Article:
Sevim Arbana – Albania

She is one of the 1000 women proposed fort the Nobel Peace Price 2005.

linked with our presentation NGOs and Groups working for Albania.

Linked also to the presentation of NGO’s Protest for Women’s Rights in Albania.

She says: “Another world is possible!”

Sevim Arbana – Albania

She works for the Group ‘Useful to Albanian Women’ (UAW); and for the ‘Woman Bridge for Peace and Understanding’.

Sevim Arbana, born 1951, was one of the first activists of the democratic movement in Albania and the founder of the organization Useful to Albanian Women (UAW). She is also a human rights activist who supports groups in need and was a founder of the peace movement, Woman Bridge for Peace and Understanding, in the Balkans.

Sevim Arbana was born in Tirana, Albania on 28 September 1951. She is married and has two children. In 1939, her father joined the Liberation Army fighting against the Nazi-Fascists. Just after the capitulation of the Fascists in 1943, he joined the Legality Party, which was considered to be anti-communist. Two years after the birth of Sevim Arbana, her father was arrested as an “enemy of the state” and sentenced to ten years in prison. The Arbana family suffered for many years not only from poverty but also from political persecution by the Government. Sevim Arbana was raised with the fear of her political background that led to constant persecution. She was turned down for study at the School of Arts in Tirana. Only after her second request, and waiting one year, was she allowed to study Albanian literature and language.

The transition period from communism to democracy found Sevim Arbana as one of the first activists of the democratic movement. She was one of the first 300 people to sign a petition for the formation of a democratic party and was a figure in the democratic movement “The end of the Albanian Siberia.” During these years of fragile democracy, her dreams became stronger as well as her reason to live and to try everyday. Another world is possible! This was the motto that would guide her in the years to come.
In July 1991, in the first conference of the Democratic League of Albanian Women (DLAW), Sevim Arbana was elected vice president of this League. The idea of DLAW was to be a non-governmental organization (NGO) with principals for a democratic development of the society.

In August 1991, Sevim Arbana led the first group from Albania to go illegally to Kosovo to represent and speak in the first meeting of the Forum of Albanian Kosovo Women. In this forum she was “booed out” and her ideas of a non-political Albanian women’s movement were not well accepted by the crowd. Sevim’s group was arrested by the Serbian Militia, ordered to leave Kosovo within twenty-four hours, and forbidden to enter Kosovo for 10 years.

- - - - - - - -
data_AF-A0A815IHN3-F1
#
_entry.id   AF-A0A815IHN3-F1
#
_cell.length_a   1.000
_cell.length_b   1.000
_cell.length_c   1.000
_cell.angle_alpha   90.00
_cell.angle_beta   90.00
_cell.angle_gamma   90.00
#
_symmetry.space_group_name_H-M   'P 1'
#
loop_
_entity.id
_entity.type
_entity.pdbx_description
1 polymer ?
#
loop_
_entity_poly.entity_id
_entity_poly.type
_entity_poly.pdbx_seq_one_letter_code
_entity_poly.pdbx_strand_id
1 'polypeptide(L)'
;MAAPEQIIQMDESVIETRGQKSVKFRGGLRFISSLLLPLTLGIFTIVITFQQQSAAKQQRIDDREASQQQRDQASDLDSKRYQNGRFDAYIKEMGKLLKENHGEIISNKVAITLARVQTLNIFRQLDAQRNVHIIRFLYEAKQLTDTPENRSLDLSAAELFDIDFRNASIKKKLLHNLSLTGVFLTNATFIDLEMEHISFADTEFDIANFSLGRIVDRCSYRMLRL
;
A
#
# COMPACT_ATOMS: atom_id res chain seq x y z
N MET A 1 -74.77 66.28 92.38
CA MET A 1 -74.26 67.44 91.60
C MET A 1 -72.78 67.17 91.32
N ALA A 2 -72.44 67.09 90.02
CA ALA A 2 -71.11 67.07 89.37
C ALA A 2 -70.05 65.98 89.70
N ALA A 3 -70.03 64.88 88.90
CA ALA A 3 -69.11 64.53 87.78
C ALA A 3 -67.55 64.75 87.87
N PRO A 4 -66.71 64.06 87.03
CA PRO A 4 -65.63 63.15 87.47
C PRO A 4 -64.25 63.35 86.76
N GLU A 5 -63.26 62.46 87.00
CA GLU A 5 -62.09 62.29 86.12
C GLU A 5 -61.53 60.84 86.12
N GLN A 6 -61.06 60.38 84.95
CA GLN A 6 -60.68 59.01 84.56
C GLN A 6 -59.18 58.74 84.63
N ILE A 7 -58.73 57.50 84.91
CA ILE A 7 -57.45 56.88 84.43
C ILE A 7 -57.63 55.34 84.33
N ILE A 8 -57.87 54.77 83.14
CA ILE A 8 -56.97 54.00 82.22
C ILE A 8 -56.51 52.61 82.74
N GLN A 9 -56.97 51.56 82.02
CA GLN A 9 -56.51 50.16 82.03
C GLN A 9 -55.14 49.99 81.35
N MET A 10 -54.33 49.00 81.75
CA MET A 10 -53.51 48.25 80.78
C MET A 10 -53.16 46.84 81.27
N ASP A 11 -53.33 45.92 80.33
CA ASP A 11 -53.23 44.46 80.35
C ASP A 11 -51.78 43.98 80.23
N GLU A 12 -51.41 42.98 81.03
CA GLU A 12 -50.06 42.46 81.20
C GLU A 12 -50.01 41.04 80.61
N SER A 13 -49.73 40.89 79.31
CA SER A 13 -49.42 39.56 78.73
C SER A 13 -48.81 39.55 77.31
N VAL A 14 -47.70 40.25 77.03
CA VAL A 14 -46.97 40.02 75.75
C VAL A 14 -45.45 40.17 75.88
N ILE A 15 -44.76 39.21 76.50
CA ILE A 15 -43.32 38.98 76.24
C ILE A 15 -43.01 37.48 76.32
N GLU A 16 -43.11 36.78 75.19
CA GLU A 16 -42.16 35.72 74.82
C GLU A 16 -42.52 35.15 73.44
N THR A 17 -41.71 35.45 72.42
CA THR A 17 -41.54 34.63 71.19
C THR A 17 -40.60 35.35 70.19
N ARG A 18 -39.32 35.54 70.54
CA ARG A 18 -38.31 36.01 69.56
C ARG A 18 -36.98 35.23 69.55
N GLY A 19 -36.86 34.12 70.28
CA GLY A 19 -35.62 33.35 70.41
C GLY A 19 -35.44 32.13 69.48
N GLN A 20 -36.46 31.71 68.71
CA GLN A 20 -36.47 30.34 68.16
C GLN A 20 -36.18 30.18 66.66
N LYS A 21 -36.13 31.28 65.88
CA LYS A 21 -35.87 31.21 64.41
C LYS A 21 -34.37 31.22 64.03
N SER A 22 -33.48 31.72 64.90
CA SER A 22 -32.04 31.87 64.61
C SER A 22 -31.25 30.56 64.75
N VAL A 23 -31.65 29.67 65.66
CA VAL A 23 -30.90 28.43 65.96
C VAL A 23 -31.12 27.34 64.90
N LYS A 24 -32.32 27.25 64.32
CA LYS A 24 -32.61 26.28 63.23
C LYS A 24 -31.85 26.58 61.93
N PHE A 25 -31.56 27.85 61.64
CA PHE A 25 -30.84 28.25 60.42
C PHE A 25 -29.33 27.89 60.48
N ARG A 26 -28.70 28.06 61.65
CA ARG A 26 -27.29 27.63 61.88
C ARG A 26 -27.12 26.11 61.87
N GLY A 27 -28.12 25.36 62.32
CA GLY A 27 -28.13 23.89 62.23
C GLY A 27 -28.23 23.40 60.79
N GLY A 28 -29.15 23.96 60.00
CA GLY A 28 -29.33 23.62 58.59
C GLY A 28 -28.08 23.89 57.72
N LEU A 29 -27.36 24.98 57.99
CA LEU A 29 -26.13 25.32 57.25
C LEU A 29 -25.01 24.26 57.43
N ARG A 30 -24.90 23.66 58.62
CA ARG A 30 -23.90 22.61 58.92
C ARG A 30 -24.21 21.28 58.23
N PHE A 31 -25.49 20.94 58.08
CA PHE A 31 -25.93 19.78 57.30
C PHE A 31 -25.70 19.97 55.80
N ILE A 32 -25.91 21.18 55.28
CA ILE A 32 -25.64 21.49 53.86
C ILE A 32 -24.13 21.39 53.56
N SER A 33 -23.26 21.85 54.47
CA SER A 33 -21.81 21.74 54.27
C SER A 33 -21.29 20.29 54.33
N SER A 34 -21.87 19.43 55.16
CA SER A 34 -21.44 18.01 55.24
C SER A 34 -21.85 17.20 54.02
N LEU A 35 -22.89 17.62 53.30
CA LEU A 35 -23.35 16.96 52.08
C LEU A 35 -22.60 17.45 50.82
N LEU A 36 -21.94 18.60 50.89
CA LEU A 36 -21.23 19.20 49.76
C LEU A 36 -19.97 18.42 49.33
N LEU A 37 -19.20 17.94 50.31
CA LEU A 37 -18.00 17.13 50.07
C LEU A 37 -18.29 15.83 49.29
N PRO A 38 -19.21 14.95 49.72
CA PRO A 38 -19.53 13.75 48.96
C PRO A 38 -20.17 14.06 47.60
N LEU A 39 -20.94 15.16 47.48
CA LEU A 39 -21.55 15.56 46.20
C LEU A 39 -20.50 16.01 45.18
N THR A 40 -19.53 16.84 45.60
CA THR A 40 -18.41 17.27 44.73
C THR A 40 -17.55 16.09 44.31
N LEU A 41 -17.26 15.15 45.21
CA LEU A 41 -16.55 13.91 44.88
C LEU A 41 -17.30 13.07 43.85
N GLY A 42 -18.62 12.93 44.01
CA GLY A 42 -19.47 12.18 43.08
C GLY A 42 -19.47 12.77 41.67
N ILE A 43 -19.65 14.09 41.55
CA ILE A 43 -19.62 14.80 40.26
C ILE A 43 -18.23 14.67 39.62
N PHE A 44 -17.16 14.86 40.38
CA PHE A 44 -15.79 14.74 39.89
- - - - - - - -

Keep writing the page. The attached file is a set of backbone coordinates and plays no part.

Sevim left DLAW and, in February 1993, together with people of similar opinions and interests she founded a new non-political, non-profit organization: Useful to Albanian Women (UAW). The movement that she started was euphoric, idealistic, and willing to fight not only for the ideas and dreams they represented but also for the way they adapted to the Albanian reality. She would always speak passionately on what she and her group wanted to bring to Albania: the rights of women such as jobs, a future for women and their children, nonviolence and more women in leadership positions. During meetings, conferences, seminars, she would be simple but passionate in her idea that these women could change that reality. It was a “learning by doing” process, and this had a great impact in the groups that she was supporting.

Many of her activities as the president of UAW, are against domestic violence. It was her idea to include men for the first time in the struggle against domestic violence against women. Under her leadership, many important projects were initiated that later on would influence Albanian society. Some of these projects are: a rehabilitation center for street children with professional training and economic help; a campaign against trafficking of Albanian girls and women; and the first Women’s Club in Albania. During these years she was also a human rights activist who supported groups in need, such as marginalized women, poor and homeless children, and elderly people. She was viewed as a leader who contributed in the development of the society by opposing political affiliations that only brought destruction to the country and the people.

In 1997, she was elected president of the NGO Forum, the first umbrella NGO in the country. As such, she led the movement for peace and development. The building of a greenhouse by a women’s NGO was her idea, and this idea brought a great message of peace in time of war. The flowers were donated and given as gifts at many concerts and activities as well as to the President of Albania at the time.